Brash gold: We shall fight them on the beaches

What a difference a day makes in politics. Here’s Don Brash yesterday, endorsing John Ansell’s ACT advertisement. Note in particular the bit near the end, where Brash says “Appeasement never works”, apparently endorsing Ansell’s race-war approach.

Today, Ansell’s goneburger!

Iwi-Kiwi Ansell goes totally unhinged for ACT

Close Don Brash ally, conspirator in the ACT Party coup, and designer of National’s 2005 “iwi-kiwi” billboards John Ansell has gone totally unhinged.

Here’s one of his racist, misogynist rants at Kiwiblog this afternoon – he must have forgotten it was the 25th anniversary of homosexual law reform or he would have come up with something homophobic as well:

The problem with New Zealand is it’s full of white cowards who are too frightened of being called names to stand up for the truth.

(And that’s just the ACT Party.)

And the truth (if we are honest enough to admit it) is: for the last quarter-century, our country has been brownwashed by a bunch of scammers (aided and abetted by legions of white ‘useful idiots’) into feeling guilty for the supposed sins of our British great-great-grandparents.

A sober reading of the facts reveals that some of these sins were actual (though far less sinful than the crimes perpetrated by Maori on Maori). Many others were highly exaggerated and delivered with lashings of emotional blackmail, for the purposes of extorting compensation.

But of course we are New Zealanders and we are not allowed to tell our truth (as Alasdair Thompson recently found out to his cost).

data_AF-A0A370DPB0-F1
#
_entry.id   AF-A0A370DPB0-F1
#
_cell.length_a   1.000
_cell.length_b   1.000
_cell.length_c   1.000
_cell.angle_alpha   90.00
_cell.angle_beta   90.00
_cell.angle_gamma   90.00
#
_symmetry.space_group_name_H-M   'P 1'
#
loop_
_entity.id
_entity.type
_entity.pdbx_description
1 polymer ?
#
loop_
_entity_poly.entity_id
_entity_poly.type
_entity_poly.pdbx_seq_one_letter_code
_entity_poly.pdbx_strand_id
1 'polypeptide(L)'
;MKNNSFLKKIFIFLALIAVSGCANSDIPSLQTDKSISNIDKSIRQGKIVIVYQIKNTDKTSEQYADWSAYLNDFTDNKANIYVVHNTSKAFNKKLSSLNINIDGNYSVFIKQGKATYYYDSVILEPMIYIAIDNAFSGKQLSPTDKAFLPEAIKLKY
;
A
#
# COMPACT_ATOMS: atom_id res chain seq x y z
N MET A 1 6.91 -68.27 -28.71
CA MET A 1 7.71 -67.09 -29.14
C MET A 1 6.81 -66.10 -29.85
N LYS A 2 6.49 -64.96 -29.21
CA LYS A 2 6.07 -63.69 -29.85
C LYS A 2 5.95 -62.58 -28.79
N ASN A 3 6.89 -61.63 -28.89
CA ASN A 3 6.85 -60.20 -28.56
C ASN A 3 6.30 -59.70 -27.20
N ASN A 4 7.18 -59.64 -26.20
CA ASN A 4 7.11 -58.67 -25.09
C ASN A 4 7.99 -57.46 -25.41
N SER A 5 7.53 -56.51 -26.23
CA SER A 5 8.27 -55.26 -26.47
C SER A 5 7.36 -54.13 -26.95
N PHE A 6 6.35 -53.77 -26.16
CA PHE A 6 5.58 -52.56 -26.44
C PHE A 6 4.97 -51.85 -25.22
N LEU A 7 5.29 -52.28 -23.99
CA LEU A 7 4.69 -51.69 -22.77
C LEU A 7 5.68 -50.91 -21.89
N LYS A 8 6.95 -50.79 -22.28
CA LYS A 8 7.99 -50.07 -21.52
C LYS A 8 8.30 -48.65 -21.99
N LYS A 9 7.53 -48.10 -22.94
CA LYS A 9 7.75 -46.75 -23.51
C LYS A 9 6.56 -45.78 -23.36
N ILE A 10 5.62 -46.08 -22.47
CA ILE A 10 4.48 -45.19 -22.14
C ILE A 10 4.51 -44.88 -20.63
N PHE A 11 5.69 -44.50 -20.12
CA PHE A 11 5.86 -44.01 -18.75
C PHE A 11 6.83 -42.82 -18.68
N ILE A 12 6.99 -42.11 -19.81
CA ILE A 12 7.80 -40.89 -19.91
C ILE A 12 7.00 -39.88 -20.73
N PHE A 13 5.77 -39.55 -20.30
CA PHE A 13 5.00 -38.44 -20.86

We are not allowed to speak out about state suffocation, Maorification, feminazism, National socialism, teacher unionism or any of the other evils that are dragging our country into the third world.

Those who do have the guts to tell the truth are called nasty names like racists in the hope that, like snails, one light contact with politically-correct criticism will be enough to make them shrink back into their shells.

And of course it works a treat.

There are plenty of parties for pessimists, backward-looking Maori and white bedwetters. But there’s only one for optimists, achievement-oriented people and forward-looking Maori.

ACT will not succeed until it champions the latter and tells the dishonest others to go to Hell.

In short, their catchment is men and women who think like men. Not men and women who think like women. ACT is the party of the strong father, not the soft mother.

(By strong father I include strong women like Rand, Richardson and Thatcher, and by soft mother I include weak men like Key.)

I hope you people will think about that.

I suspect Ansell had a good bit to do with today’s racist ACT advertisement that the Dom Post refused to run.

Ansell confirms secret agenda

Remember John Ansell? Yes, the man who designed the 2005 National Party billboards. Well, after a falling out with National (and then with ACT), Ansell has become a blogger.

He has an interesting theory that National’s 2008 billboards are deliberately bland.

Far better instead to be inoffensive and keep all sensible policies invisible. It’s called sleepwalking to victory, and the Nats are rather good at it.

Did I read that right John: “…keep all sensible policies invisible” !!!

Now, Ansell is no ordinary blogger – he has worked closely with senior National Party MPs and strategists, he knows how the National Party works. He’s an inside man, and here he is, confirming the secret agenda many of us suspected from the Bill English do what it takes tape and the earlier recordings of English (sell Kiwibank, “eventually”) and Lockwood Smith (do things in government “that may not be policy right now”).

Incidentally, Ansell has nothing but praise for the Green billboards:

Six words. Bang. That’s impact.

As I once told Dr Brian Edwards on radio in defence of the Iwi/Kiwi billboard, a billboard is not an essay.

Your market is hurtling towards your medium at 100k. (Or 180k in some cases, Brian.) You’ve got about three seconds to woo them and win them.

And the Greens do that. They stand for something. Loudly and proudly. Their ads are big and bold and brave.

But he is far from complimentary about some of National’s efforts:

You see, I don’t know about you, but to me these signs, when arranged so neatly in rows, do not look like pluses.

They look like crosses.

Grave mistake

A field of uniform white crosses arranged neatly in rows does not equal something positive in my experience. It equals only one thing.